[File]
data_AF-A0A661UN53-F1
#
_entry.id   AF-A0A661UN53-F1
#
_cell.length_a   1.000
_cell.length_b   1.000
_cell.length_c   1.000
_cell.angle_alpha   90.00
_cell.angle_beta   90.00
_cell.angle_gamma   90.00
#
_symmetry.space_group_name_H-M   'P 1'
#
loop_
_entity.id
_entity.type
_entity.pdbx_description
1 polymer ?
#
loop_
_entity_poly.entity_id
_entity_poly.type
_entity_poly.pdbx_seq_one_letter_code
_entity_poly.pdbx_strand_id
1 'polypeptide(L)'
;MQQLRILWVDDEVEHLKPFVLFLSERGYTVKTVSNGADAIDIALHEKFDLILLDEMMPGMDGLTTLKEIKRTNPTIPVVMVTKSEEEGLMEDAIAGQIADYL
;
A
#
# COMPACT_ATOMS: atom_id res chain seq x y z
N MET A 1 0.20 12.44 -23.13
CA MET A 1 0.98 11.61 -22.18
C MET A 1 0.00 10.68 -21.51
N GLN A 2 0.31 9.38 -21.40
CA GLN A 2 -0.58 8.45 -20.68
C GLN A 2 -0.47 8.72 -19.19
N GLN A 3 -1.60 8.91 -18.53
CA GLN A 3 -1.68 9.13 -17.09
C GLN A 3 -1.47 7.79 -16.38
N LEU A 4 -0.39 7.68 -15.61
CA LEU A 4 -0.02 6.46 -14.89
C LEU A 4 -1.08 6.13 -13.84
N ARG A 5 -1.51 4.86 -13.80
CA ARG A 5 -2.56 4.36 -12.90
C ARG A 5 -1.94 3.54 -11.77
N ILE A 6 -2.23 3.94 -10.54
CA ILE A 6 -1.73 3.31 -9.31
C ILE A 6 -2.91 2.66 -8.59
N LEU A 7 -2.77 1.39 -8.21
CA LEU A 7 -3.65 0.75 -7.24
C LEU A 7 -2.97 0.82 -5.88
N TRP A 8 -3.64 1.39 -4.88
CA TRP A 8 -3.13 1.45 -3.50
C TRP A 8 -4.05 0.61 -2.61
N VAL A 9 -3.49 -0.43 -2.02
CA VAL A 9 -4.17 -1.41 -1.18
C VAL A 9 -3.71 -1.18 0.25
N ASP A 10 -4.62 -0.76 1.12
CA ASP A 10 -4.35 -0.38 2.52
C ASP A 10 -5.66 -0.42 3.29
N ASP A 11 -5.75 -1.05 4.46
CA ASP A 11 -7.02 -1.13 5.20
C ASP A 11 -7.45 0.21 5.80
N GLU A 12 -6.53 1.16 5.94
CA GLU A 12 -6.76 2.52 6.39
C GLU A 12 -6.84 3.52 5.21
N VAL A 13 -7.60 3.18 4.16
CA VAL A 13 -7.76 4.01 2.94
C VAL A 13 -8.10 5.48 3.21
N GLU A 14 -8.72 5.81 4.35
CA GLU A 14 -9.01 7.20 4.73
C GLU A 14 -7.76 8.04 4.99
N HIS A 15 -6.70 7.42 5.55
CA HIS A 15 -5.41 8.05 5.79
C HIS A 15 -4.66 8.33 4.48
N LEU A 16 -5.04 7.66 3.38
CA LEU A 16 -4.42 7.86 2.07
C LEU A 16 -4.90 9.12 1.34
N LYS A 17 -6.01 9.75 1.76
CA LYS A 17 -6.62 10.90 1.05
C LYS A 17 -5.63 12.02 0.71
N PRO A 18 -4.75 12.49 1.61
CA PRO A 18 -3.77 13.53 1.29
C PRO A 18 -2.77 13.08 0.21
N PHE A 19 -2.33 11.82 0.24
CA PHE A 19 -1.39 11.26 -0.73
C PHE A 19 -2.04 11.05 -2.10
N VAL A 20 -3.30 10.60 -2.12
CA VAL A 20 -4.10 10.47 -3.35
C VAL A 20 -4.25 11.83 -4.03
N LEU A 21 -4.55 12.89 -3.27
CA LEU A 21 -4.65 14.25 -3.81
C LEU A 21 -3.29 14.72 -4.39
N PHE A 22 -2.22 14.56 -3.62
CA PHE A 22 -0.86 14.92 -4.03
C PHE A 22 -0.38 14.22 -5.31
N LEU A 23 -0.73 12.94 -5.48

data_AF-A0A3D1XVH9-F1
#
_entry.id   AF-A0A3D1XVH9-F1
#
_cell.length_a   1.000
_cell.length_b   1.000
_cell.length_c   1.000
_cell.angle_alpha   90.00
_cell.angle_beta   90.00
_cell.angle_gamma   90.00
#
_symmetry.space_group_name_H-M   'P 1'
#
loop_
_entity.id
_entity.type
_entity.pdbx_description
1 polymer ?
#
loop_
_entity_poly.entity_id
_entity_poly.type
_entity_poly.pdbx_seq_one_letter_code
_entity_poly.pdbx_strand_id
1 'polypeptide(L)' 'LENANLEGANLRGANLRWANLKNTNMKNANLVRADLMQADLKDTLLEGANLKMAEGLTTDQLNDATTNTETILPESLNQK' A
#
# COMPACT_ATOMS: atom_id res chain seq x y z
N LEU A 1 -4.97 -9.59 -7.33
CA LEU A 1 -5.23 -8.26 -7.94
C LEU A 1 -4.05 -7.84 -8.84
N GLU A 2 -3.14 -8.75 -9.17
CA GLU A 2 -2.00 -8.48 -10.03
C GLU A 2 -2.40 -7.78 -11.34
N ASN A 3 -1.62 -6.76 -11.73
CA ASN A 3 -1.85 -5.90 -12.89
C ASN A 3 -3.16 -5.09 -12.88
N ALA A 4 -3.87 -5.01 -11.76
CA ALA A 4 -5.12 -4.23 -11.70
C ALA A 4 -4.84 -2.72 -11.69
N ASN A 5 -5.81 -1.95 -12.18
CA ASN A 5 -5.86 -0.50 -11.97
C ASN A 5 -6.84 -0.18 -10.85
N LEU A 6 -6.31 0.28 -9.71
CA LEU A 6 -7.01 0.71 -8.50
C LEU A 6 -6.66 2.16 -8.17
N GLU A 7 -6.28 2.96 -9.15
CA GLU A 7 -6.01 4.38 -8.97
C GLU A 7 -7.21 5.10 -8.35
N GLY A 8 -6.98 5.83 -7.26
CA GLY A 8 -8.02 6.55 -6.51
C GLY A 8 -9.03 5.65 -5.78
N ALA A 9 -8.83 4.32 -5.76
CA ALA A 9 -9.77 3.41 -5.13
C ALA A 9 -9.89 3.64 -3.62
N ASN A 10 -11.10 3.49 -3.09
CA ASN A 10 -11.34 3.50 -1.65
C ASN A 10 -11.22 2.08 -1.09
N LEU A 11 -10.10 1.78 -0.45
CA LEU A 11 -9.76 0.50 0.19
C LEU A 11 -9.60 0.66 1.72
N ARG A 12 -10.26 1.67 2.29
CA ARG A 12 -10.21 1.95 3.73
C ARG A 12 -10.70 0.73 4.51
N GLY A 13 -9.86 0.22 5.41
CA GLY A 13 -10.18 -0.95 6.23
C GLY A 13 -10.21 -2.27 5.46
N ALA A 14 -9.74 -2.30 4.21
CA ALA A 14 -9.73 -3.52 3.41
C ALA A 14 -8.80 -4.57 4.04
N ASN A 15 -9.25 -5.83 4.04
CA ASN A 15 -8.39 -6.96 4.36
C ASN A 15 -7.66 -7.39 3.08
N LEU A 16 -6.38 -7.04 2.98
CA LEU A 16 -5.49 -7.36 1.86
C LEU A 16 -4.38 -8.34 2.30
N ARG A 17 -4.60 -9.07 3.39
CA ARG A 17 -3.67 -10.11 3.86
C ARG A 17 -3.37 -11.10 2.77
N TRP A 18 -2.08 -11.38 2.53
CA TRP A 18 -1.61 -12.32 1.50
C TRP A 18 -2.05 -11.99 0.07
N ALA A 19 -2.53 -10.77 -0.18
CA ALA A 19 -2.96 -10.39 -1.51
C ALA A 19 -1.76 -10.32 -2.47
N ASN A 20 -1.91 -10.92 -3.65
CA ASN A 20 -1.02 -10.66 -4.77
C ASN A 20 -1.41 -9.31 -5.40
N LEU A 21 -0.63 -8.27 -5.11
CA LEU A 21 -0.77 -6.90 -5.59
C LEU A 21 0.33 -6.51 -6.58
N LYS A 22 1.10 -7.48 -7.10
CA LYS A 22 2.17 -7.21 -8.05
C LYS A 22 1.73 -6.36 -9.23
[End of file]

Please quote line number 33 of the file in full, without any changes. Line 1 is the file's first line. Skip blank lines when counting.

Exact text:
C MET A 1 0.00 10.68 -21.51